The Cutting Cost of Spending
Thursday, October 20, 2005; 9:24 AM
Natural disasters and the war in Iraq are now forcing Congress -- after years of heavy spending -- into a serious debate about cutting costs. And it's playing out in a way that could end up influencing next year's midterm elections.
Congress this week has been debating a plan to cut $50 billion in spending on social programs, including food stamps, student loans, Medicare and Medicaid. The figure had been $35 billion, but lawmakers raised the amount amid calls by fiscal conservatives to offset some of the $62 billion approved so far in the relief efforts after Hurricanes Katrina and Rita. That, in turn, has drawn accusations of subterfuge from Democrats.
The House and Senate could vote on separate bills as early as today, even as Republicans continue to fight among themselves about the extent of the proposed cuts. One thing is for sure -- with speculation that hurricane relief could eventually top $200 billion, pressure to find ways to pay for it are increasing.
"Congress must do everything necessary to attend to the immediate needs of those who have tragically lost their homes and their livelihoods," said Rep. Jeb Hensarling (R-Tex.) said last month. "But Congress must also use its head. At this critical time, we need to exercise sound fiscal judgment and ensure that we do not end up bankrupting our children and grandchildren.''
The federal government essentially has four options for paying for the cost of reconstruction and cleanup from the hurricanes: Borrow and add to the already staggering debt, cut spending, raise taxes (or at least forgo making the Bush tax cuts permanent), or some combination of the above.
As the congressional battle continues, fiscal conservatives who have been turned off by the growth in the federal budget are gaining new momentum. In the five years of the Bush administration, government spending has increased by one-third, from $1.86 trillion to $2.47 trillion, with much of that spending coming from massive growth in non-defense and non-homeland security spending. According to the conservative Heritage Foundation, spending has increased twice as fast, on an annualized basis, under President Bush than it did under President Clinton.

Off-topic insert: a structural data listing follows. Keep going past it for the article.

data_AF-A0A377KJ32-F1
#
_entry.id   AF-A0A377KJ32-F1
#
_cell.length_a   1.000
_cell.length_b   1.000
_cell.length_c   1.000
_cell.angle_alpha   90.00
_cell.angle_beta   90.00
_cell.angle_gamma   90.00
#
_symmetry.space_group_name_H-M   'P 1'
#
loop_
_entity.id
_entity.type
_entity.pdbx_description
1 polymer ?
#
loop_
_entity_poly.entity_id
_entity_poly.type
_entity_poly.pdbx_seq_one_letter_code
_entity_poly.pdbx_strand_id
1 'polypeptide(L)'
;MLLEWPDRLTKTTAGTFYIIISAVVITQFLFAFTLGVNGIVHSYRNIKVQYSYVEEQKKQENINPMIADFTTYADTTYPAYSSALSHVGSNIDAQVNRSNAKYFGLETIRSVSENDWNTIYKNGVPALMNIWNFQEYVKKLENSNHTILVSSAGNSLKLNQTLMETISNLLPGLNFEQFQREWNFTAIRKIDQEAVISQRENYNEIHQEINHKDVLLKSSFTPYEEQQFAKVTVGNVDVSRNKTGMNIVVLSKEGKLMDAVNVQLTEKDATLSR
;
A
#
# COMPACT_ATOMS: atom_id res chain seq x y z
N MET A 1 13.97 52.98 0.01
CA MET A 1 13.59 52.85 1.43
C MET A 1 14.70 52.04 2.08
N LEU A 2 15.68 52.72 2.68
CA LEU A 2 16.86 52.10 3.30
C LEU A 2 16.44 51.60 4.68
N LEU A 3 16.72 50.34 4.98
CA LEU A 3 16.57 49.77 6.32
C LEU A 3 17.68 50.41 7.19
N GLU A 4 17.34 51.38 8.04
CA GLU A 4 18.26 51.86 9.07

The federal deficit for the fiscal year ending Sept. 30 was $319 billion, lower than originally anticipated but still a significant turnaround from the budget surpluses Bush inherited.
In a speech last month, Bush said he'd "work with members of Congress to identify offsets to free up money for the reconstruction efforts."
Mike Pence (R-Ind.), a leader of a group of fiscal conservatives in the House called the Republican Study Group (RSG), has suggested that the federal government "pay for the cost of Katrina by reducing the size and scope of government."
Democrats argued Wednesday that the real reason Republicans were trying to cut the budget was to offset some of their proposed $70 billion in new tax cuts -- including a permanent repeal of the estate tax.
House Minority Leader Nancy Pelosi (D-Calif.) wrote to House Speaker Dennis Hastert (R-Ill.) on Wednesday that "the proposal to increase mandatory spending cuts to $50 billion comes under the guise of offsetting the cost of the hurricane response. Long before this summer's devastating hurricanes, however, the budget resolution's reconciliation instructions cut mandatory spending by $35 billion. Similarly, the increase in reconciled spending cuts - likely at the expense of vital programs such as Medicaid, food stamps, and student loans - now being contemplated will still be used to offset new tax cuts, not to offset the cost of hurricane relief. Meanwhile, even with these additional cuts in spending, the budget would still increase the deficit by more than $100 billion over five years."
Pence said he was encouraged by Hastert's attempts to enact cuts. He said he has warned that conservatives might try to block future hurricane relief funds unless there is progress toward paying for the aid with spending cuts.
Whatever the outcome, both parties seem to be setting the stage for upcoming elections, with some Republicans trying to move their party back to the principles of the 1994 Republican Revolution, which called for balancing the budget. And Democrats are eager to have that fight, arguing both that GOP spending irresponsibility and tax cuts for the rich have led to the massive deficits the party wants to close on the backs of the poor.
The House leadership put off a vote on the budget bill last night, apparently unable to come up with enough support for it. Democrats, meanwhile, believe the pendulum has swung and that they generally have an edge over Republicans on fiscal policy. Whether that's true, at least one new polls suggests that RSG priorities are going to have a tough sell.
In a nonpartisan Diageo/Hotline poll taken Oct. 12 to 16 and released this week, only 4 percent of people named cutting "spending for domestic programs, like health care and education" as the best way to pay for problems caused by Hurricane Katrina. But 31 percent said "delay or cancel tax cuts," and 27 percent said "cut spending for the war in Iraq."
So, as Republicans get pulled in several directions over the fiscal future, the party could also end up finding itself pulled toward trouble in next year's midterm elections.
Comments can be sent to Terry Neal at firstname.lastname@example.org.